According to them, an isolated RUL cannot be detected when high tidal volumes are used. The hyper insufflation of the lung can reveal LS when actually, it does not exist. Another condition of false positivity (FP) was described by Kaldirim et al.[4] They reported how LS might be a cause of of FP in an oesophageal intubation. They attributed it to a high thoracic pressure induced by increased air in the stomach.

LS depends on pulmonary compliance and tidal volume. To solve that problem, one can use a power colour Doppler technique by power slide sign. However, this is time-consuming and it requires some technical skill.[5] On the other hand, LP sign is more commonly seen on the left hemithorax than the right due to the proximity of the heart.

For these reasons, one can use a combination between diaphragmatic motion, LS and LP to improve the accuracy of LU to confirm the position of any kind of endotracheal tube.[6] Second, bronchial blockers should be placed under visual guidance of fibreoptic bronchoscope, as a suggestion made by manufacturers and medical literature. To sum up, more studies are needed to determine the role of LU for detecting acute selective lobar atelectasis in thoracic anaesthesia.

 
   References Top

1.
Parab SY, Divatia JV, Chogle A. A prospective comparative study to evaluate the utility of lung ultrasonography to improve the accuracy of traditional clinical methods to confirm position of left sided double lumen tube in elective thoracic surgeries. Indian J Anaesth 2015;59:476-81.  Back to cited text no. 1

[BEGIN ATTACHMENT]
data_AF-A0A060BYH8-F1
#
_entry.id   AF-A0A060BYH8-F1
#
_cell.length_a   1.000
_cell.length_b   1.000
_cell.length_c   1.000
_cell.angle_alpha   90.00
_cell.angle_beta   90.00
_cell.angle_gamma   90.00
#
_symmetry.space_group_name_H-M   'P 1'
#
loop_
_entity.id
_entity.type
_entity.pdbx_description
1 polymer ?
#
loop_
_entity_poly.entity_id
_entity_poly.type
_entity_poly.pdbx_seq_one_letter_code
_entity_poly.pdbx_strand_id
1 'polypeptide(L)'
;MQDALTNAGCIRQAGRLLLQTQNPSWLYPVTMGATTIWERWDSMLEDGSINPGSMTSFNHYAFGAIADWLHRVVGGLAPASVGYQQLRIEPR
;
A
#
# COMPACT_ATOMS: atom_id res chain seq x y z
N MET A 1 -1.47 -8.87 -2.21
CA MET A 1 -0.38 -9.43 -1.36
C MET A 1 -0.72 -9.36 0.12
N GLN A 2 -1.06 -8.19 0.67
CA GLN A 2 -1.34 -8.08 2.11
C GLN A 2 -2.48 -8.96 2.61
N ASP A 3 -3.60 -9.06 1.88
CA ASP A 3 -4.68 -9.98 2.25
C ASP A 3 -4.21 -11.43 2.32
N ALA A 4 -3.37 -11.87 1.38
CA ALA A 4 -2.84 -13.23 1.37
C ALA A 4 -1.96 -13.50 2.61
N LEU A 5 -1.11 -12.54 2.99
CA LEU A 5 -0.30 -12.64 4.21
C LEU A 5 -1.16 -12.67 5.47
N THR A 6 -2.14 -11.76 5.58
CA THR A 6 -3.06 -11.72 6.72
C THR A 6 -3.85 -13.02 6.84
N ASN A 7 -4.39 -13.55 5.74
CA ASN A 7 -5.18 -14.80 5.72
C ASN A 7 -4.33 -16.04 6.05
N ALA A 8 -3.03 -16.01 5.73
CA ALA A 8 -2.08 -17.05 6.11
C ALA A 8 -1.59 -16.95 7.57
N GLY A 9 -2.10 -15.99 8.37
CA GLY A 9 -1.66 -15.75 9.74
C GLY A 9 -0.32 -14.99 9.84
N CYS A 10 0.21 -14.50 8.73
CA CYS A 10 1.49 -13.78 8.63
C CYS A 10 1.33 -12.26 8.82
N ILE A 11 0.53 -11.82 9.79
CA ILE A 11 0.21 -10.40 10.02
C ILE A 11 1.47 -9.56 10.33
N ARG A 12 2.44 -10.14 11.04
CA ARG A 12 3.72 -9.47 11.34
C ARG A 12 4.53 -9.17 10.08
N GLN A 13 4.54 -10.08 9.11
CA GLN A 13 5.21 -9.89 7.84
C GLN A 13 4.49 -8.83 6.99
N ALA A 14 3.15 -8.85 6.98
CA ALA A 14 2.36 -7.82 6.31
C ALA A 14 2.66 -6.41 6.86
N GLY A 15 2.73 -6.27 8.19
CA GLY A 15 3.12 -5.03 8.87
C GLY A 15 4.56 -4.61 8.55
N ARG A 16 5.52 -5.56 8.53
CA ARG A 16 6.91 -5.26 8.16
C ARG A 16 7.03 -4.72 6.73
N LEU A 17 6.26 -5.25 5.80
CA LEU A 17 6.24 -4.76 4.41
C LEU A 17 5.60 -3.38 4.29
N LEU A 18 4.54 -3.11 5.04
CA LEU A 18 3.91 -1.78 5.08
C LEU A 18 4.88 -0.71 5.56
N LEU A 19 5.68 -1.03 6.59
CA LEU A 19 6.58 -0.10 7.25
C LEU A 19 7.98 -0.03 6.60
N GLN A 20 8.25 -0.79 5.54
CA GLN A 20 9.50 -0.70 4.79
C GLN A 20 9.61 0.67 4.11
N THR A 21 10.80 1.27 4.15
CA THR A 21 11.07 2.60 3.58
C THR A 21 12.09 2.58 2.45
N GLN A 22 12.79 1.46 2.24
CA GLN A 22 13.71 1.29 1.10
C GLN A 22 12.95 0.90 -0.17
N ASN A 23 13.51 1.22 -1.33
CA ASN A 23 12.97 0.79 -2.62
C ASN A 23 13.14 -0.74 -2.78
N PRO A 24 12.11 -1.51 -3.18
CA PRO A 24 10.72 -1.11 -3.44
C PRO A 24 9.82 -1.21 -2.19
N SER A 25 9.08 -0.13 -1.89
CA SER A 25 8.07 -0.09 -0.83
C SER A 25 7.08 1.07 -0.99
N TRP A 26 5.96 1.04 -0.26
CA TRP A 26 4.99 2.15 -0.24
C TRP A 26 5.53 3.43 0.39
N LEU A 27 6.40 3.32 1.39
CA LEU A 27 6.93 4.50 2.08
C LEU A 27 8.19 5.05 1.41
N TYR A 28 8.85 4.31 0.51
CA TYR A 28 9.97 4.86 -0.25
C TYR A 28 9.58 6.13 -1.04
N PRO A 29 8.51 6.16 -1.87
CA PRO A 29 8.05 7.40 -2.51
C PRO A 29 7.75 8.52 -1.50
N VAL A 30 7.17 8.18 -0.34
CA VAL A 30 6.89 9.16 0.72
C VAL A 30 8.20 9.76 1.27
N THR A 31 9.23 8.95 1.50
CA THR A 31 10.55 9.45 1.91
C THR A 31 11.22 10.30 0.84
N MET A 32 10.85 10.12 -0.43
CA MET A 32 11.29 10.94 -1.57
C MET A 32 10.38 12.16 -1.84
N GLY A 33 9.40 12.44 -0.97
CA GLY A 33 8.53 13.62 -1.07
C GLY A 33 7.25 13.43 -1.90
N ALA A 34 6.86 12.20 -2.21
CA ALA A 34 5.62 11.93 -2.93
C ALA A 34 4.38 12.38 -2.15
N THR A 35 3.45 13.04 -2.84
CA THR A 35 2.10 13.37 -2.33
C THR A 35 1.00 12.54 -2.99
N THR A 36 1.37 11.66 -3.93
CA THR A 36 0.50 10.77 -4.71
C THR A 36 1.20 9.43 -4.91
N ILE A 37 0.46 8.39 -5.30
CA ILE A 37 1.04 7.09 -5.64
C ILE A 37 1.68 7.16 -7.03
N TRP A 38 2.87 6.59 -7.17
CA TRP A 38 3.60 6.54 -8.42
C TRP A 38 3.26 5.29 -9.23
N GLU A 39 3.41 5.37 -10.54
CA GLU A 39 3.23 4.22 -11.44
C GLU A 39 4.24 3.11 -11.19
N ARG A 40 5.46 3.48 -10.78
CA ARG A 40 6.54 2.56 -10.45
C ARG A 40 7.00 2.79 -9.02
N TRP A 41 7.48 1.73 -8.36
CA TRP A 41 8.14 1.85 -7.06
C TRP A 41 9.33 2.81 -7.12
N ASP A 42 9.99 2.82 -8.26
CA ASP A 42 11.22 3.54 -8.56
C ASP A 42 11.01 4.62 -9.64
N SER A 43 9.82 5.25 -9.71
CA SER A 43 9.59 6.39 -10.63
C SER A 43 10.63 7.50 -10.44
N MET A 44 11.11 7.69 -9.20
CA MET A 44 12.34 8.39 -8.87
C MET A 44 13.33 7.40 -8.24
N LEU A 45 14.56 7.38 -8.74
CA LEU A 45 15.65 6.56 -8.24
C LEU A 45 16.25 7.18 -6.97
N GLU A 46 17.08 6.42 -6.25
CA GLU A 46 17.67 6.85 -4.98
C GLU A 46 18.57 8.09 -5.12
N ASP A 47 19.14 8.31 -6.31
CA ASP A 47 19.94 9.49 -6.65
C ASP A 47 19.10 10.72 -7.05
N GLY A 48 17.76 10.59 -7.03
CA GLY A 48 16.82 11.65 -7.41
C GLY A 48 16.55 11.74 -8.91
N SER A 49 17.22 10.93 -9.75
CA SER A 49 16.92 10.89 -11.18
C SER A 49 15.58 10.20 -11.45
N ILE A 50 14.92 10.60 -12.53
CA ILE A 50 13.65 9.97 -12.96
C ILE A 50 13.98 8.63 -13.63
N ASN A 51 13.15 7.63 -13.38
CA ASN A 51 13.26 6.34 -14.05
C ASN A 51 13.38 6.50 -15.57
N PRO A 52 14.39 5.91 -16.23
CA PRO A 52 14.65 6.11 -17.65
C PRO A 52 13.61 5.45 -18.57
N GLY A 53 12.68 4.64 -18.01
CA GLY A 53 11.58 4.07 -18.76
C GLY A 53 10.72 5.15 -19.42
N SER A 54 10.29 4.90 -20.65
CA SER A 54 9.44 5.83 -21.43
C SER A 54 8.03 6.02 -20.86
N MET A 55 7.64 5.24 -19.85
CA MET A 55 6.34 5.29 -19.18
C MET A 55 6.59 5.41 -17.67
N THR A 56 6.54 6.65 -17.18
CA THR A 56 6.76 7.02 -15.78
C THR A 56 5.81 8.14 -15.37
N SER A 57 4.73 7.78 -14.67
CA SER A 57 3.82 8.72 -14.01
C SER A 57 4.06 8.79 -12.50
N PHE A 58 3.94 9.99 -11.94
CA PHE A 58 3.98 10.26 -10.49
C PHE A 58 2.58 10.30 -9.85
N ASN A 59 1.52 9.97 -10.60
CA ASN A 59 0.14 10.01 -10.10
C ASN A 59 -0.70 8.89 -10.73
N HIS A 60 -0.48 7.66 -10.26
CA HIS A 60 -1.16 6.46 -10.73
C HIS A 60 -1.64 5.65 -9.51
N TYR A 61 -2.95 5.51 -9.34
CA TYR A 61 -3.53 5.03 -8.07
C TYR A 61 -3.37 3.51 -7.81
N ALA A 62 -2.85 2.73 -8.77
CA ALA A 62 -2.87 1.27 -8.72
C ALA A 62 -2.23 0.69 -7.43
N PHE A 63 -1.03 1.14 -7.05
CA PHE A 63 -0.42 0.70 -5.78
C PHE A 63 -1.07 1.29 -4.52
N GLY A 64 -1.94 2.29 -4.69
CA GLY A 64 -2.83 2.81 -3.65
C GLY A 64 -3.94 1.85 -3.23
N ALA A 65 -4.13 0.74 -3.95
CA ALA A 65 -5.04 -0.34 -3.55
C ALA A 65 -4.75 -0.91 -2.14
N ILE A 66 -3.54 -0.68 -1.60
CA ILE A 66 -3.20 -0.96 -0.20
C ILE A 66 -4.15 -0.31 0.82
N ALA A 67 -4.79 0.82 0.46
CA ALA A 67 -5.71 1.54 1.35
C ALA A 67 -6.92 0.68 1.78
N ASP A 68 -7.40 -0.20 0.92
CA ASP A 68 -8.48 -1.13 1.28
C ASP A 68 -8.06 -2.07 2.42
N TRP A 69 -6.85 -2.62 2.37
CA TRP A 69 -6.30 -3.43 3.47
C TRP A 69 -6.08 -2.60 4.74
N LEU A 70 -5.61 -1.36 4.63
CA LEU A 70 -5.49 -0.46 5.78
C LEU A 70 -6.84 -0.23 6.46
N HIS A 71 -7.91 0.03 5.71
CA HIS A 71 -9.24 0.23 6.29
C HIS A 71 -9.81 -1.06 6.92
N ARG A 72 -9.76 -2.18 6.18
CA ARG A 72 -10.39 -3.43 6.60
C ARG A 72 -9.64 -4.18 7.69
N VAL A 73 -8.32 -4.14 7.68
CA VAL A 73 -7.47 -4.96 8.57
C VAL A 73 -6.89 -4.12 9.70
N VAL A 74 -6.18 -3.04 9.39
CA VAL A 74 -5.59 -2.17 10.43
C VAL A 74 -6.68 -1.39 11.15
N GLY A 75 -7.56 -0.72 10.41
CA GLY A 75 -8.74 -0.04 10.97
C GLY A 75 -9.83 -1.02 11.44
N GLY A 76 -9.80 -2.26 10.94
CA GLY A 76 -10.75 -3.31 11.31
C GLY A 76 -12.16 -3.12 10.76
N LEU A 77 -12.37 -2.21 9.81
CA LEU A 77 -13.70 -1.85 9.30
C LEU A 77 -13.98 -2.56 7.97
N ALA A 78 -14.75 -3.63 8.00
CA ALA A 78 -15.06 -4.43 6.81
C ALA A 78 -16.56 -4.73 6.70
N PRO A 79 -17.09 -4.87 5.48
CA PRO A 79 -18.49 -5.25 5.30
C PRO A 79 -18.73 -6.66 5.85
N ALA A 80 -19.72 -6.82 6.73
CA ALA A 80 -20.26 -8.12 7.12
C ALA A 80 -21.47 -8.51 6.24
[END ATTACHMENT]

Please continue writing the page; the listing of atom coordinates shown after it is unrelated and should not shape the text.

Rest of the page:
[PUBMED]  Medknow Journal  
2.
Acosta CM, Maidana GA, Jacovitti D, Belaunzarán A, Cereceda S, Rae E, et al. Accuracy of transthoracic lung ultrasound for diagnosing anesthesia-induced atelectasis in children. Anesthesiology 2014;120:1370-9.  Back to cited text no. 2
    
3.
Ponsonnard S, Karoutsos S, Gardet E, Marsaud JP, Nathan N. Value of lung sonography to control right-sided double lumen endotracheal location. J Anesth Clin Res 2014;5:453.  Back to cited text no. 3
    
4.
Kaldirim U, Tuncer SK, Eyi YE, Aksoy Y. Does ultrasonographic lung sliding sign always verify the success in endotracheal tube intubation? Am J Emerg Med 2014;32:472.  Back to cited text no. 4
    
5.
Islam NB, Levy PD. Emergency bedside ultrasound to detect pneumothorax. Acad Emerg Med 2003;10:819-20.  Back to cited text no. 5
    
6.
Blaivas M, Tsung JW. Point-of-care sonographic detection of left endobronchial main stem intubation and obstruction versus endotracheal intubation. J Ultrasound Med 2008; 27:785-9.  Back to cited text no. 6
    




 

Top
 
  Search
 
    Similar in PUBMED
   Search Pubmed for
   Search in Google Scholar for
    Access Statistics
    Email Alert *
    Add to My List *
* Registration required (free)  

 
  In this article
    References

 Article Access Statistics
    Viewed1327    
    Printed7    
    Emailed0    
    PDF Downloaded258    
    Comments [Add]    

Recommend this journal